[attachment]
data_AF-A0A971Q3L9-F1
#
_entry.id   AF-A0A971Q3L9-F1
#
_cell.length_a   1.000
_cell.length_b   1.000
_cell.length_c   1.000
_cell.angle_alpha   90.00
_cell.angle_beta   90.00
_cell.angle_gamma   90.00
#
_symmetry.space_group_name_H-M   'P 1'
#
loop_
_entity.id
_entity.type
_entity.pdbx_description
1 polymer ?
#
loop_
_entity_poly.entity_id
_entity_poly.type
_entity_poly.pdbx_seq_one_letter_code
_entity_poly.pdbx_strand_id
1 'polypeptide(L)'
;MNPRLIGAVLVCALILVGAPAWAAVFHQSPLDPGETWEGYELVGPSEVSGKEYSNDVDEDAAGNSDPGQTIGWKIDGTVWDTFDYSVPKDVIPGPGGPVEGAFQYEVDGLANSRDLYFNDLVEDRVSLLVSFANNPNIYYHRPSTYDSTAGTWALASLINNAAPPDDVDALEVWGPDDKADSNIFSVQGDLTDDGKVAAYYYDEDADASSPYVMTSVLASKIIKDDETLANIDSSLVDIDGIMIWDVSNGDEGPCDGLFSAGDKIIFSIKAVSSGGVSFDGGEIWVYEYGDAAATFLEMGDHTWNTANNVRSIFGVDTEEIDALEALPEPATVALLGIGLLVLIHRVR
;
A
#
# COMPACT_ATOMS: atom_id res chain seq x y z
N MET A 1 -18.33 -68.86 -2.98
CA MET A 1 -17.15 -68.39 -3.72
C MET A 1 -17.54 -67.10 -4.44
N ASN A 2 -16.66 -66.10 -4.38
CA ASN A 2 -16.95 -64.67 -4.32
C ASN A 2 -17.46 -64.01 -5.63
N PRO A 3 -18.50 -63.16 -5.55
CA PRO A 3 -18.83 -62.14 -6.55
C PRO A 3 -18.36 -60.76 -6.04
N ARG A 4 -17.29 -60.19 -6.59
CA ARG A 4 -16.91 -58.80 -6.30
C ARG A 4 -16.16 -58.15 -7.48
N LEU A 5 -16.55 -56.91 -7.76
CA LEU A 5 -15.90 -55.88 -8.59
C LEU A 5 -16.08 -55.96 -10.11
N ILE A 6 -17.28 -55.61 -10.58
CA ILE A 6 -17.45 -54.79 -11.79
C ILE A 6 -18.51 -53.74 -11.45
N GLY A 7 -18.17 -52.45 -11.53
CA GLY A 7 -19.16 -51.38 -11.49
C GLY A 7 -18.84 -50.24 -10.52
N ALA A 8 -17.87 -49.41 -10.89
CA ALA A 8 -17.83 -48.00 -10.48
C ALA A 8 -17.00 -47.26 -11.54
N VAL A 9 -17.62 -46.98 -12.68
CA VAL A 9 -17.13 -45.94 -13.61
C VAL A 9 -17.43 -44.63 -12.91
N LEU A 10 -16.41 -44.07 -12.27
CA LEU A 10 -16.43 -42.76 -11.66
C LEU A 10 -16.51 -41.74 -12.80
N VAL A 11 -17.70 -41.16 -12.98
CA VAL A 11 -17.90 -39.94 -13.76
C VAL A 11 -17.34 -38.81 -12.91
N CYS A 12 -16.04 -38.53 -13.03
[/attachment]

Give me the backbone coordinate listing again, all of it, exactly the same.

data_AF-A0A971Q3L9-F1
#
_entry.id   AF-A0A971Q3L9-F1
#
_cell.length_a   1.000
_cell.length_b   1.000
_cell.length_c   1.000
_cell.angle_alpha   90.00
_cell.angle_beta   90.00
_cell.angle_gamma   90.00
#
_symmetry.space_group_name_H-M   'P 1'
#
loop_
_entity.id
_entity.type
_entity.pdbx_description
1 polymer ?
#
loop_
_entity_poly.entity_id
_entity_poly.type
_entity_poly.pdbx_seq_one_letter_code
_entity_poly.pdbx_strand_id
1 'polypeptide(L)'
;MNPRLIGAVLVCALILVGAPAWAAVFHQSPLDPGETWEGYELVGPSEVSGKEYSNDVDEDAAGNSDPGQTIGWKIDGTVWDTFDYSVPKDVIPGPGGPVEGAFQYEVDGLANSRDLYFNDLVEDRVSLLVSFANNPNIYYHRPSTYDSTAGTWALASLINNAAPPDDVDALEVWGPDDKADSNIFSVQGDLTDDGKVAAYYYDEDADASSPYVMTSVLASKIIKDDETLANIDSSLVDIDGIMIWDVSNGDEGPCDGLFSAGDKIIFSIKAVSSGGVSFDGGEIWVYEYGDAAATFLEMGDHTWNTANNVRSIFGVDTEEIDALEALPEPATVALLGIGLLVLIHRVR
;
A
#
# COMPACT_ATOMS: atom_id res chain seq x y z
N MET A 1 -18.33 -68.86 -2.98
CA MET A 1 -17.15 -68.39 -3.72
C MET A 1 -17.54 -67.10 -4.44
N ASN A 2 -16.66 -66.10 -4.38
CA ASN A 2 -16.95 -64.67 -4.32
C ASN A 2 -17.46 -64.01 -5.63
N PRO A 3 -18.50 -63.16 -5.55
CA PRO A 3 -18.83 -62.14 -6.55
C PRO A 3 -18.36 -60.76 -6.04
N ARG A 4 -17.29 -60.19 -6.59
CA ARG A 4 -16.91 -58.80 -6.30
C ARG A 4 -16.16 -58.15 -7.48
N LEU A 5 -16.55 -56.91 -7.76
CA LEU A 5 -15.90 -55.88 -8.59
C LEU A 5 -16.08 -55.96 -10.11
N ILE A 6 -17.28 -55.61 -10.58
CA ILE A 6 -17.45 -54.79 -11.79
C ILE A 6 -18.51 -53.74 -11.45
N GLY A 7 -18.17 -52.45 -11.53
CA GLY A 7 -19.16 -51.38 -11.49
C GLY A 7 -18.84 -50.24 -10.52
N ALA A 8 -17.87 -49.41 -10.89
CA ALA A 8 -17.83 -48.00 -10.48
C ALA A 8 -17.00 -47.26 -11.54
N VAL A 9 -17.62 -46.98 -12.68
CA VAL A 9 -17.13 -45.94 -13.61
C VAL A 9 -17.43 -44.63 -12.91
N LEU A 10 -16.41 -44.07 -12.27
CA LEU A 10 -16.43 -42.76 -11.66
C LEU A 10 -16.51 -41.74 -12.80
N VAL A 11 -17.70 -41.16 -12.98
CA VAL A 11 -17.90 -39.94 -13.76
C VAL A 11 -17.34 -38.81 -12.91
N CYS A 12 -16.04 -38.53 -13.03